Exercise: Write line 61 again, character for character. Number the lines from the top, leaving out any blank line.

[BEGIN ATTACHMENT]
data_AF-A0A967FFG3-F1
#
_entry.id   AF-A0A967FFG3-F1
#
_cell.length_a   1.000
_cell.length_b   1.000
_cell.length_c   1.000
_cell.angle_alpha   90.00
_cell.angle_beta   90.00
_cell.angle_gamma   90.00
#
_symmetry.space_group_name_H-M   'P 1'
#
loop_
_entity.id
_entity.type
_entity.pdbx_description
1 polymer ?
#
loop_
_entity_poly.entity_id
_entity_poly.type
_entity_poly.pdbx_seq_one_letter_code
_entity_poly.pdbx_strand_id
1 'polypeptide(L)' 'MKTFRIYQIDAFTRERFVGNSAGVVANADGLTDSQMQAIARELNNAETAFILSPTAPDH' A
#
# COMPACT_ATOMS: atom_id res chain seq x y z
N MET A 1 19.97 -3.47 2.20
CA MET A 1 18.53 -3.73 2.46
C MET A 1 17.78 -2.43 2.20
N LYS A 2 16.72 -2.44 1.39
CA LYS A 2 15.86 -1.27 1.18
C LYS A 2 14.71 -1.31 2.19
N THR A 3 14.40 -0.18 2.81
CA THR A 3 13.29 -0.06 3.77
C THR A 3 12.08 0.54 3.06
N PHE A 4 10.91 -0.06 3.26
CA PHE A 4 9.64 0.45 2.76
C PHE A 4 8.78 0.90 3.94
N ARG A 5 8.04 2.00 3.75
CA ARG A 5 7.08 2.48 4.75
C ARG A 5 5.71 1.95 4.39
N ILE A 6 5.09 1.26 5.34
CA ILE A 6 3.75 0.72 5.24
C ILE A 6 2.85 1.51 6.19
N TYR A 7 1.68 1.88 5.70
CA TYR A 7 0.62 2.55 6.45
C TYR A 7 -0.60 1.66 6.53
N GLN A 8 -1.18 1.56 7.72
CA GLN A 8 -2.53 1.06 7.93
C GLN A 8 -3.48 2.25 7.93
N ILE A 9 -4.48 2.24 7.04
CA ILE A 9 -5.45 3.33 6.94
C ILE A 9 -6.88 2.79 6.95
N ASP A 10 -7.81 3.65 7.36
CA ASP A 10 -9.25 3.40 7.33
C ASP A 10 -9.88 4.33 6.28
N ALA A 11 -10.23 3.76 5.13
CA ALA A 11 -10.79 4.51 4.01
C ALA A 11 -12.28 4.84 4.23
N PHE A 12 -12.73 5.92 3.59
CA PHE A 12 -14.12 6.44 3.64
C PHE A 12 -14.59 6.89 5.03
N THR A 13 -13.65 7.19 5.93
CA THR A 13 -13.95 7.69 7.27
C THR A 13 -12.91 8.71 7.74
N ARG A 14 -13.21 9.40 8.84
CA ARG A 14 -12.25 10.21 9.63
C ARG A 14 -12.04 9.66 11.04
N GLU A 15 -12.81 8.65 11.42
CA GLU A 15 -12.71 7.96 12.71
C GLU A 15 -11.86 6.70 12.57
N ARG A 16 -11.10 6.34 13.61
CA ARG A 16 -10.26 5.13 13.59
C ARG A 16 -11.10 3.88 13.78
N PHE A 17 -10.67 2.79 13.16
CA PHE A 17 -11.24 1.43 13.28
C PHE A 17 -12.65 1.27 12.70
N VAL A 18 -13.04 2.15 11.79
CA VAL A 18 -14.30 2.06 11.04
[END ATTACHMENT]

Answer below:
N PHE A 12 -12.73 5.92 3.59